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Hillary As An Agent of Change

I also have good reasons for believing that Hillary would be an even more effective and accomplished president than her husband. This opinion, I believe, is reality-based, not simply the wishful thinking of an old friend.
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Is Senator Hillary Clinton ready to serve as president? And, if elected would she be an agent of change or a protector of the status quo?

I have known Hillary Clinton since she first met my friend Bill Clinton at Yale Law School and he fell head over heels in love with her. I had met Bill at Oxford when he was rooming as a Rhodes Scholar with my brother-in-law. Bill brought Hillary to my family home in Los Angeles, where we spent many hours talking about the changes taking place in the US in the 1960s and prospects for progressive reform. Polls show that by virtue of her political experience and her recognized talents, people recognize that Hillary is almost uniquely ready to serve as president and as commander-in-chief, even among those who politically oppose her. But I also have good reasons for believing that were she to be elected, she would be an even more effective and accomplished president than her husband. Because of her abilities and sensibilities, and the likely circumstances of her winning, Hillary would be a strong leader who manages change in the public interest-at home and abroad--in the manner of FDR or Harry Truman. She is, in fact, the true heir to the New Deal tradition of the Democratic Party, but for a new era.

This opinion, I believe, is reality-based, not simply the wishful thinking of an old friend. I have had the opportunity to see her up close as a political actor on the world and national stage and to observe her evolution over decades.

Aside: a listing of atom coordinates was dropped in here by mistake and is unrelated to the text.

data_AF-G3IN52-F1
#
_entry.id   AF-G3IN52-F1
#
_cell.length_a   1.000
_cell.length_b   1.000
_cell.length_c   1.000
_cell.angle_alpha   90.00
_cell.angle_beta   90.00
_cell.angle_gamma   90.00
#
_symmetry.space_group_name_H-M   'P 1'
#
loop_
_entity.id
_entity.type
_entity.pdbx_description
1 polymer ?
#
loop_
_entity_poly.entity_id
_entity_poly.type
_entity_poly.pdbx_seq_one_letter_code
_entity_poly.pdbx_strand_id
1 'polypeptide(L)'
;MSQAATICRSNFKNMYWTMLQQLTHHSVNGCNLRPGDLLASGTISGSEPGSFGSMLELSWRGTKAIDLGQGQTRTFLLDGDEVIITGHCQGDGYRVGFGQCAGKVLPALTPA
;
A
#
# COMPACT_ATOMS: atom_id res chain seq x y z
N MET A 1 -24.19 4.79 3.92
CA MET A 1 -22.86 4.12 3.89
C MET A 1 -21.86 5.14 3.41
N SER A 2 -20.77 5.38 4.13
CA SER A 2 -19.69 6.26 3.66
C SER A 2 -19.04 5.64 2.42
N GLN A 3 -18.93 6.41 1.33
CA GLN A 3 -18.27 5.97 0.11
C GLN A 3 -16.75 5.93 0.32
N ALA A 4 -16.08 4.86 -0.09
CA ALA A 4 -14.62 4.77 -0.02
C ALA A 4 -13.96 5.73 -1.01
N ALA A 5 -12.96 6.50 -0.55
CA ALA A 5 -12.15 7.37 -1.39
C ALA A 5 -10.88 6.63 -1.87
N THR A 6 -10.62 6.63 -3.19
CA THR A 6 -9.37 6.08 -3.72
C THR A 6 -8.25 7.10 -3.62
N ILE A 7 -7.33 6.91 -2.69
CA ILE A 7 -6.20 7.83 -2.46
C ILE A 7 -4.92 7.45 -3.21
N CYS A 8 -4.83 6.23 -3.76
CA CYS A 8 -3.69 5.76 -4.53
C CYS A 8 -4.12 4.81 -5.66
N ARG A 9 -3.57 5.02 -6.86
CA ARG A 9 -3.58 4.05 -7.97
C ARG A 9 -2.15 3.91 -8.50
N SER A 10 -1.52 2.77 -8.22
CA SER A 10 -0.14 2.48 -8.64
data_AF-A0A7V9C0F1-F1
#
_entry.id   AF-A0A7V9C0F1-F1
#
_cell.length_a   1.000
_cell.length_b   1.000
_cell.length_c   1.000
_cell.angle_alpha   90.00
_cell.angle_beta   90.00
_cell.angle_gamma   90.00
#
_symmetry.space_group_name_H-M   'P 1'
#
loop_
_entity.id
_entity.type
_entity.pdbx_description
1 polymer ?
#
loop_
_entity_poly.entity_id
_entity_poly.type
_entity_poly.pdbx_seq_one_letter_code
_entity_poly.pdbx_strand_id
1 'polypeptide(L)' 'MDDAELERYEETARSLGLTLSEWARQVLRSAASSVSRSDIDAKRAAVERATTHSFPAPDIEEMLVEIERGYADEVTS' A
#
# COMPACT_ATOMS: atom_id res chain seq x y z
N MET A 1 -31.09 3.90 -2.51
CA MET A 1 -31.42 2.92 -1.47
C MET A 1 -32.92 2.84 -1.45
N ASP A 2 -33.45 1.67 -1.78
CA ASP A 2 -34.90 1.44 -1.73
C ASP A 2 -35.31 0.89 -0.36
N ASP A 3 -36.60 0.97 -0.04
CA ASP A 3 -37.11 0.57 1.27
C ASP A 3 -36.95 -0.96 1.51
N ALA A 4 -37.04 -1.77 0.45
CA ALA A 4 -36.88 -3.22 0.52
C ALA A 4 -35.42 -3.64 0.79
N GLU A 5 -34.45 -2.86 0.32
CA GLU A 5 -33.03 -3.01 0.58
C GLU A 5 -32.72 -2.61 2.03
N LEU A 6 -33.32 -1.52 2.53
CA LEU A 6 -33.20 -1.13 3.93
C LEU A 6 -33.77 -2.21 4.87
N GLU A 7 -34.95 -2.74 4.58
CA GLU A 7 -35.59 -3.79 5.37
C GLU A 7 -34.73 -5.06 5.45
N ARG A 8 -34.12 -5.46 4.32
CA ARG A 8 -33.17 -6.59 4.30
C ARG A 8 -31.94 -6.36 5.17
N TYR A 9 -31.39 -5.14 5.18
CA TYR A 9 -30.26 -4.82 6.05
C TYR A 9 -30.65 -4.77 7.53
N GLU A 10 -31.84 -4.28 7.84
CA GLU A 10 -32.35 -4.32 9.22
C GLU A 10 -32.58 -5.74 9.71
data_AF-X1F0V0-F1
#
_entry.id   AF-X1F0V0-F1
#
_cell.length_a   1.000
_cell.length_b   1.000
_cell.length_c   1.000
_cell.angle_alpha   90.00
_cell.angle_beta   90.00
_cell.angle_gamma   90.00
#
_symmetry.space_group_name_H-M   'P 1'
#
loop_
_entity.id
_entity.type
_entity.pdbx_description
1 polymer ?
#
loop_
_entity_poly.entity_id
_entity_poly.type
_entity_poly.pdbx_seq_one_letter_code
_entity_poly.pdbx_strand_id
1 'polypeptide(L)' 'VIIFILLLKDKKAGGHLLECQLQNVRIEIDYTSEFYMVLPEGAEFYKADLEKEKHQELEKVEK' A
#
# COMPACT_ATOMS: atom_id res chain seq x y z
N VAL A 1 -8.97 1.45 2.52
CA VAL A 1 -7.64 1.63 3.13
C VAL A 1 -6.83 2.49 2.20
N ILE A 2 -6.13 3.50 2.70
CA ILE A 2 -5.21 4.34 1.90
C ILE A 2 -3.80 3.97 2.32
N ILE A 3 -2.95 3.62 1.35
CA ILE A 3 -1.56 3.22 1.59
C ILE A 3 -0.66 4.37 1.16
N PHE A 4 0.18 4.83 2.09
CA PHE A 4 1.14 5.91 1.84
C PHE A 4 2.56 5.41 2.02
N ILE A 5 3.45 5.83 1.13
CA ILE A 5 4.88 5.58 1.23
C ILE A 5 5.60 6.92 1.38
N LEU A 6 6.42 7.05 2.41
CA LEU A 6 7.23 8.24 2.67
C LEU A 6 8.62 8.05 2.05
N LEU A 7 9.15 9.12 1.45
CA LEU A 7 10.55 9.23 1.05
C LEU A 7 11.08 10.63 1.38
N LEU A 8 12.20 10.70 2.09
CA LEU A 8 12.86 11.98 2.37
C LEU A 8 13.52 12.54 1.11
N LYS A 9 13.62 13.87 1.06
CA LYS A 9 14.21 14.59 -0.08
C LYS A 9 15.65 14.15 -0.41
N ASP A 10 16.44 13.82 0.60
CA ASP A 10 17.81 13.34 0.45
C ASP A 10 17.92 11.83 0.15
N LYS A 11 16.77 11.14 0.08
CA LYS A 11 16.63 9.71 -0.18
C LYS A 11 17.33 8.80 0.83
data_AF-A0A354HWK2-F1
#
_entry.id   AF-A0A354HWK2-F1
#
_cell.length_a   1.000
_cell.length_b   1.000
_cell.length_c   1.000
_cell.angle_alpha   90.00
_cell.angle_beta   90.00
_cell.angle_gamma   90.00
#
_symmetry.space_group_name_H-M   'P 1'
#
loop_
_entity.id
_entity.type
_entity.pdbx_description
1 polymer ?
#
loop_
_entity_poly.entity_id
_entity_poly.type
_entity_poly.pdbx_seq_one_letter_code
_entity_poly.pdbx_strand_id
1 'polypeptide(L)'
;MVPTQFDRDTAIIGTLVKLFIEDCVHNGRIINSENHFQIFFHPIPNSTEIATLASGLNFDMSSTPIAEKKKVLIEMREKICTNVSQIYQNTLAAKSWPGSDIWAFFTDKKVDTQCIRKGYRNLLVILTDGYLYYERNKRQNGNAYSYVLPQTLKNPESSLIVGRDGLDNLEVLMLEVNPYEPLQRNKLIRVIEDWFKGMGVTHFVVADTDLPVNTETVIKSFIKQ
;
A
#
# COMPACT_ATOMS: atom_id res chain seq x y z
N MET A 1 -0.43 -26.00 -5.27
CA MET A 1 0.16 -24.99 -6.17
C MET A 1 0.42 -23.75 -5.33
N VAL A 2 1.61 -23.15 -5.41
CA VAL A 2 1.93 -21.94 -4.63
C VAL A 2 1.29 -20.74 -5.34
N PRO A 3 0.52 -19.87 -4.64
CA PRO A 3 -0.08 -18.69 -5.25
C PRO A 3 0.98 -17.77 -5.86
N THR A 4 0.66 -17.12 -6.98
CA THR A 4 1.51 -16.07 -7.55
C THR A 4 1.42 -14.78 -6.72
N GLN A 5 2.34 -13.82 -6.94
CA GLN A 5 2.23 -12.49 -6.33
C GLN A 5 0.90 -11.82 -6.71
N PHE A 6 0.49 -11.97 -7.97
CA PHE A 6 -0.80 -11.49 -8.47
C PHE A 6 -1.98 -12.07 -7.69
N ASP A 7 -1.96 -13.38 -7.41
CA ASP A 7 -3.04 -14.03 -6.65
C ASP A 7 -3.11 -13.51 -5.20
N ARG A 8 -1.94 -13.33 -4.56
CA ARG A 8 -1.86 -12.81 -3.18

While serving as US Ambassador to Finland in the 1990s, I hosted Hillary for a two-day visit to Helsinki. I organized a meeting of what the Finnish press called "the most powerful women in the country" to talk with her at my official residence. In Finland at the time, the Foreign Minister, Defense Minister, Speaker of the Parliament and head of the National Bank were all women. They came to meet the First Lady along with a few leading women entrepreneurs and business executives, and top editors and authors. For more than two hours, they discussed public policy and politics. The lively discussion ranged from the details of Finnish health policy to the difficulties that women face in the political arena. These women viewed Hillary as an important political figure in her own right. She had no aides to prompt her or hand her cue cards. Afterwards, many of the women told me how impressed they were with her, and that they hoped that one day she would run for president.

On that visit, I also accompanied Hillary to a one-on-one meeting with Martti Ahtisaari, the President of Finland, and an accomplished UN diplomat. The conversation with the president went on for two hours and ranged over complex issues of European security and US foreign policy. It was very much a discussion of equals in intelligence.

Hillary also won over my skeptical staff at the US embassy, many of whom had read the negative US press about her and expected that she would be a kind of shrewish Dragon Lady. In fact, she charmed everyone at the embassy with her openness, her sense of humor, and her natural kindness. She took the time to ask personal questions of my staff, and to thank them for their service -- from the political officers and military attaches to my cook and driver.

"She was not what I had expected," one of my intelligence officers remarked. "She is terrific and incredibly smart." That speaker was a lifelong Republican.